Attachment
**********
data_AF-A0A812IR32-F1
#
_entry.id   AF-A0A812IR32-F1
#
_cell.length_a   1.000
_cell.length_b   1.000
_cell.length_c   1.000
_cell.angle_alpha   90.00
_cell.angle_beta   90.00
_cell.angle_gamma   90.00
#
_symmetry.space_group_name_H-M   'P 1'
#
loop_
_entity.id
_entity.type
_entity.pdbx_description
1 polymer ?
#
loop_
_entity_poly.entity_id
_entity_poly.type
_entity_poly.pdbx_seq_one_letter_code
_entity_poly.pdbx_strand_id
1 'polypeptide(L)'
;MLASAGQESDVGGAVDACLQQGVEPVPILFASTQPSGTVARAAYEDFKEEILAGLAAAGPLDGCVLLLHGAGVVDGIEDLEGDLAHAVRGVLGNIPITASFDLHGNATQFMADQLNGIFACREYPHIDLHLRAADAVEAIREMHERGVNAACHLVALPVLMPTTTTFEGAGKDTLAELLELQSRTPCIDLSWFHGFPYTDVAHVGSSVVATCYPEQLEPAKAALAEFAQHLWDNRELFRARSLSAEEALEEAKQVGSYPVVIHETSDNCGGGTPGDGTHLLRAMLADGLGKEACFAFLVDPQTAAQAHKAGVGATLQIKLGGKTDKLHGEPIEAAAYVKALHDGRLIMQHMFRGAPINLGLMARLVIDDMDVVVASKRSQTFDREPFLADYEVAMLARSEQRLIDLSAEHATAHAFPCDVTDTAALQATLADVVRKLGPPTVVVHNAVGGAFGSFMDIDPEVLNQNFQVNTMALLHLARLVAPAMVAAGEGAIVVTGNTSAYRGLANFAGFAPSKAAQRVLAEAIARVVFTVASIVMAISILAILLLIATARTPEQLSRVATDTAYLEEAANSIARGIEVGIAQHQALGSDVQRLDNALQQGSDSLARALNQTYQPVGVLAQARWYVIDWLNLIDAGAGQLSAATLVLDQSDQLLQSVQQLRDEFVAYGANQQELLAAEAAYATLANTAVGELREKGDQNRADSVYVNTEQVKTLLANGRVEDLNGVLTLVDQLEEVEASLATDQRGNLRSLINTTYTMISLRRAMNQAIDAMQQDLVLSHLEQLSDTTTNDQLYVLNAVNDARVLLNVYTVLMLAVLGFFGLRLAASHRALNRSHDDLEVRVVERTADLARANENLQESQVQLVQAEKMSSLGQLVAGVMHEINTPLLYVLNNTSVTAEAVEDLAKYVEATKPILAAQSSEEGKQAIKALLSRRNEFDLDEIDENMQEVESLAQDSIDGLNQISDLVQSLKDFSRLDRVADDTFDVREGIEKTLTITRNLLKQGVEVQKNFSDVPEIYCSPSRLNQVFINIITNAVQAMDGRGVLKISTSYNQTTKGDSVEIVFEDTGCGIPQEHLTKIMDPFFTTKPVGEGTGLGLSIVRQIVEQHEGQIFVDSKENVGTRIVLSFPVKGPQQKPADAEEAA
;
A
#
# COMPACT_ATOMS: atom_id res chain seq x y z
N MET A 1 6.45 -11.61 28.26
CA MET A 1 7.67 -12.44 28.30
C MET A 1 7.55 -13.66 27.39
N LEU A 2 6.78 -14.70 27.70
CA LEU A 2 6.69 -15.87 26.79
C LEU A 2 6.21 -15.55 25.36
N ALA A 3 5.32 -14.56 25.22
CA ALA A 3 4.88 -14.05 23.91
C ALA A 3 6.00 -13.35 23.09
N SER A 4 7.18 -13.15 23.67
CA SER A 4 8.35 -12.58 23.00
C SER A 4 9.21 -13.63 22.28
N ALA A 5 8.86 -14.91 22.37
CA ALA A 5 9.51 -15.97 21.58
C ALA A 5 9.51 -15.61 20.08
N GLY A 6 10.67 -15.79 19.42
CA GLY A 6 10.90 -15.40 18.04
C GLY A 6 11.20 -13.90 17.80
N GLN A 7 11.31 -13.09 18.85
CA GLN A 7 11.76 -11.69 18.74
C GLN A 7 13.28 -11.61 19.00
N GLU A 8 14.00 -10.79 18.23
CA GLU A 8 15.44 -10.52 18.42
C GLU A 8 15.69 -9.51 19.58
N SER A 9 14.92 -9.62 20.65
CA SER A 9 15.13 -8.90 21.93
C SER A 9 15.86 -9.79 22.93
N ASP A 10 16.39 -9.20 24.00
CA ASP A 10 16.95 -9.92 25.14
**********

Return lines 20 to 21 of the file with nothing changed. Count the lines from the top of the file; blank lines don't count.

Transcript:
loop_
_entity_poly.entity_id